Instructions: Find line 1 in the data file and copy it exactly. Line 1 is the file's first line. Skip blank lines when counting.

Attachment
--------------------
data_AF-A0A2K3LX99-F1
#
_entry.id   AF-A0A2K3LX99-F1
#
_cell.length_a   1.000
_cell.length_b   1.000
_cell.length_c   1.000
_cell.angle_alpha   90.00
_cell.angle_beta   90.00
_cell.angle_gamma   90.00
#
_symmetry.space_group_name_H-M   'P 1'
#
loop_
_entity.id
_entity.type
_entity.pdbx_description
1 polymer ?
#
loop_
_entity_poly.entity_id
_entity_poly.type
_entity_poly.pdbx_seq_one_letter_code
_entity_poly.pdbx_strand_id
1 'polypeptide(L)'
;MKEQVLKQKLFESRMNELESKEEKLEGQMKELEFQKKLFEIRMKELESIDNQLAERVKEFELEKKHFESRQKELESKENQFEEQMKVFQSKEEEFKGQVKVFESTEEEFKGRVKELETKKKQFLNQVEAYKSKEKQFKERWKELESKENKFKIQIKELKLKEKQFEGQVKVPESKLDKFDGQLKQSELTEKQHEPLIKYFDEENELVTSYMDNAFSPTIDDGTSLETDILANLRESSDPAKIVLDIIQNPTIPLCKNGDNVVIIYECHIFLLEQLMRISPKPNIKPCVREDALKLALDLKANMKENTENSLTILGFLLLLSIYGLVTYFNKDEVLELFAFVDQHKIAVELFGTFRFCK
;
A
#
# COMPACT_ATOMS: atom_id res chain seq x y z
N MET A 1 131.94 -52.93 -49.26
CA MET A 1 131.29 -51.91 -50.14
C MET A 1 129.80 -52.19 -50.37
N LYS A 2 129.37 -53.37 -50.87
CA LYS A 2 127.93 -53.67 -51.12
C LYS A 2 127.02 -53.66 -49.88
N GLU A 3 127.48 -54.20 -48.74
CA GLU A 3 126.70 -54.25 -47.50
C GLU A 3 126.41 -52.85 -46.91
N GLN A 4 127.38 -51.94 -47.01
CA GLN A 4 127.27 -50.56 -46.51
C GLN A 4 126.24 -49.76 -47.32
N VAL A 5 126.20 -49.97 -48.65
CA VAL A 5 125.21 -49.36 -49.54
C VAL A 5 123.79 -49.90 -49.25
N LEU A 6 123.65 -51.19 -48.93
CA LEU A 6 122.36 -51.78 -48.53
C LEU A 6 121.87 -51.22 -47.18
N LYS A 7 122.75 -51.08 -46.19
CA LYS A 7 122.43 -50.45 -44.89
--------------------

data_AF-A0A2K3LX99-F1